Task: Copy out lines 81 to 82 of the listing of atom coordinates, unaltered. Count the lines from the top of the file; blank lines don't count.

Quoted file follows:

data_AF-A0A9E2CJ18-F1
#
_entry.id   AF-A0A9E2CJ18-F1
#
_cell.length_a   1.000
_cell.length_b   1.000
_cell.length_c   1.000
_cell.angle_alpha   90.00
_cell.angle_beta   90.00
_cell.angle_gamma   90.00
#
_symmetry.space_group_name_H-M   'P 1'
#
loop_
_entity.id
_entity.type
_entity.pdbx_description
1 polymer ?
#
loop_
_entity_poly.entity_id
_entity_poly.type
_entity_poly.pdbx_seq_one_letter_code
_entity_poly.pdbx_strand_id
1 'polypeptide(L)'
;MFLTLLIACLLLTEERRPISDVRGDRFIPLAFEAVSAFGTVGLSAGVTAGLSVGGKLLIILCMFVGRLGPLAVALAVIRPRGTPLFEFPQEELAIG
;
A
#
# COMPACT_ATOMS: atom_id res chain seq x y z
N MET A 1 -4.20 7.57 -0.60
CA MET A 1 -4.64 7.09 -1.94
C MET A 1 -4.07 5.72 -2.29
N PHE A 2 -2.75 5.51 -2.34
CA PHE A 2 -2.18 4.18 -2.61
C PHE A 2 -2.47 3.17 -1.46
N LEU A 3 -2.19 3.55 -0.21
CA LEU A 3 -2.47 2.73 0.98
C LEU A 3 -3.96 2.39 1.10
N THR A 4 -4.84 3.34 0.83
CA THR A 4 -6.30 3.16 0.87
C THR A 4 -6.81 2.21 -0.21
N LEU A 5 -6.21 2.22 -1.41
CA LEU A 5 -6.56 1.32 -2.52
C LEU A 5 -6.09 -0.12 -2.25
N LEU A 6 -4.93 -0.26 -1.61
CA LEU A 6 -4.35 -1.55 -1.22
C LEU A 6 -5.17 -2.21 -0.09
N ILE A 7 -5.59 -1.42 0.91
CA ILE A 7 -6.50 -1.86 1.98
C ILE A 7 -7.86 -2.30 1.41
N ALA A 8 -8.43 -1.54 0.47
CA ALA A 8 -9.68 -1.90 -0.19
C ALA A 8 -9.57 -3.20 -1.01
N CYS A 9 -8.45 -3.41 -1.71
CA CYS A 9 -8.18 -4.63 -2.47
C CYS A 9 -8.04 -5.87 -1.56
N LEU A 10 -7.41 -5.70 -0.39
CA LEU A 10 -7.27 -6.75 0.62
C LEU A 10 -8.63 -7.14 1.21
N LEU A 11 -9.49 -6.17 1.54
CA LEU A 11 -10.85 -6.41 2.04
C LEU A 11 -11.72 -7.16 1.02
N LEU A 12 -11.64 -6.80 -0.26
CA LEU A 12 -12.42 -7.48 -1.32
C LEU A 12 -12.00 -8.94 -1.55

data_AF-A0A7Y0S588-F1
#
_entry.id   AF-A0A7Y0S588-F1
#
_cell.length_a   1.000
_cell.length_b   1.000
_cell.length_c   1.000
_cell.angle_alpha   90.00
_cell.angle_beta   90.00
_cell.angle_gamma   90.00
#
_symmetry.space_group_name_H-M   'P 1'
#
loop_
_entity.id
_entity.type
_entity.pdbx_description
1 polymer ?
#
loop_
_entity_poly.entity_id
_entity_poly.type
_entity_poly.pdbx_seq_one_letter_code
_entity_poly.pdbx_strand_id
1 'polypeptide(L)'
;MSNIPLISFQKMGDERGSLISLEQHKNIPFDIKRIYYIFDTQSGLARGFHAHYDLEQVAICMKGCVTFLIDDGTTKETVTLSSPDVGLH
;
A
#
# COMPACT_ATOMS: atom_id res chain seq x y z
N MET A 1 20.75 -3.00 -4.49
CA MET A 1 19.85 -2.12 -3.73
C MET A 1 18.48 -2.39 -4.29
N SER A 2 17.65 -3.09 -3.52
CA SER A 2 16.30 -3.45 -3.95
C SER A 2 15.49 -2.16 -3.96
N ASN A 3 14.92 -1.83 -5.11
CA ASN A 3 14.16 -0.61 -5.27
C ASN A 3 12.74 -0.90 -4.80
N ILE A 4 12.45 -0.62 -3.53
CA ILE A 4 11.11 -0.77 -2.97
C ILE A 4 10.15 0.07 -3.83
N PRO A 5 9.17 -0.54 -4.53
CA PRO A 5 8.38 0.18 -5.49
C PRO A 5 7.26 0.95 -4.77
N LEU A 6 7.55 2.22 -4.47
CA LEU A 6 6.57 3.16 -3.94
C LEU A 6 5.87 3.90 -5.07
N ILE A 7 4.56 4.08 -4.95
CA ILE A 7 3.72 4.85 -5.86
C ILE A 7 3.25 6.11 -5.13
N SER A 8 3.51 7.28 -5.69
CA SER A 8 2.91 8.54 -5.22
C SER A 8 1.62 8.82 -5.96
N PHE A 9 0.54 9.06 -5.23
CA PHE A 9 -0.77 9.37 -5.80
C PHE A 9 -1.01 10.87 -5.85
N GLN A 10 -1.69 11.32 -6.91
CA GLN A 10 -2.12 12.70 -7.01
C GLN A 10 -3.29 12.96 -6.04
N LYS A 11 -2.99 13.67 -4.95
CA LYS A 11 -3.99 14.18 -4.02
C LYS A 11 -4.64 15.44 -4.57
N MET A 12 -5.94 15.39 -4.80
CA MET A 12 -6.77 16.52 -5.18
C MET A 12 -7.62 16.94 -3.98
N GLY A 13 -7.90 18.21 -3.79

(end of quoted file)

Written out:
_entity.id
_entity.type